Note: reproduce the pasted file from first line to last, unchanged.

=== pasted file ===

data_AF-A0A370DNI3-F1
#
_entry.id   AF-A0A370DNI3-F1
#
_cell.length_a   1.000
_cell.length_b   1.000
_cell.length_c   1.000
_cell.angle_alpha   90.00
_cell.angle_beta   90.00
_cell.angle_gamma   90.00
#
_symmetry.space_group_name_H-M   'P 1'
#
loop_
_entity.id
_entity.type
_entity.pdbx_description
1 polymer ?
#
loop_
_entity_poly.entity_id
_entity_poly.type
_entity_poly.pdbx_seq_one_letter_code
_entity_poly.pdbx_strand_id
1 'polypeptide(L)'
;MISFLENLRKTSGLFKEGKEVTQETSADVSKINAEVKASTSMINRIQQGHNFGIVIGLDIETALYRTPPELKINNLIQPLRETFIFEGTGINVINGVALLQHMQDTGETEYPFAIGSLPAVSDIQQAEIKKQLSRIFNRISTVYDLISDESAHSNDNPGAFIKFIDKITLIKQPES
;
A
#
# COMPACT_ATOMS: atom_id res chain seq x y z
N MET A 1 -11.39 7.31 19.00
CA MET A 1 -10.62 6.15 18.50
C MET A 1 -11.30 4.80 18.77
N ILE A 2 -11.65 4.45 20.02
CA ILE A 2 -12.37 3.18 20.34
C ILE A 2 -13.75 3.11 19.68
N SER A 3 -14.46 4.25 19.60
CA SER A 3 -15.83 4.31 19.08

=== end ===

data_AF-A0A370DNI3-F1
#
_entry.id   AF-A0A370DNI3-F1
#
_cell.length_a   1.000
_cell.length_b   1.000
_cell.length_c   1.000
_cell.angle_alpha   90.00
_cell.angle_beta   90.00
_cell.angle_gamma   90.00
#
_symmetry.space_group_name_H-M   'P 1'
#
loop_
_entity.id
_entity.type
_entity.pdbx_description
1 polymer ?
#
loop_
_entity_poly.entity_id
_entity_poly.type
_entity_poly.pdbx_seq_one_letter_code
_entity_poly.pdbx_strand_id
1 'polypeptide(L)'
;MISFLENLRKTSGLFKEGKEVTQETSADVSKINAEVKASTSMINRIQQGHNFGIVIGLDIETALYRTPPELKINNLIQPLRETFIFEGTGINVINGVALLQHMQDTGETEYPFAIGSLPAVSDIQQAEIKKQLSRIFNRISTVYDLISDESAHSNDNPGAFIKFIDKITLIKQPES
;
A
#
# COMPACT_ATOMS: atom_id res chain seq x y z
N MET A 1 -11.39 7.31 19.00
CA MET A 1 -10.62 6.15 18.50
C MET A 1 -11.30 4.80 18.77
N ILE A 2 -11.65 4.45 20.02
CA ILE A 2 -12.37 3.18 20.34
C ILE A 2 -13.75 3.11 19.68
N SER A 3 -14.46 4.25 19.60
CA SER A 3 -15.83 4.31 19.08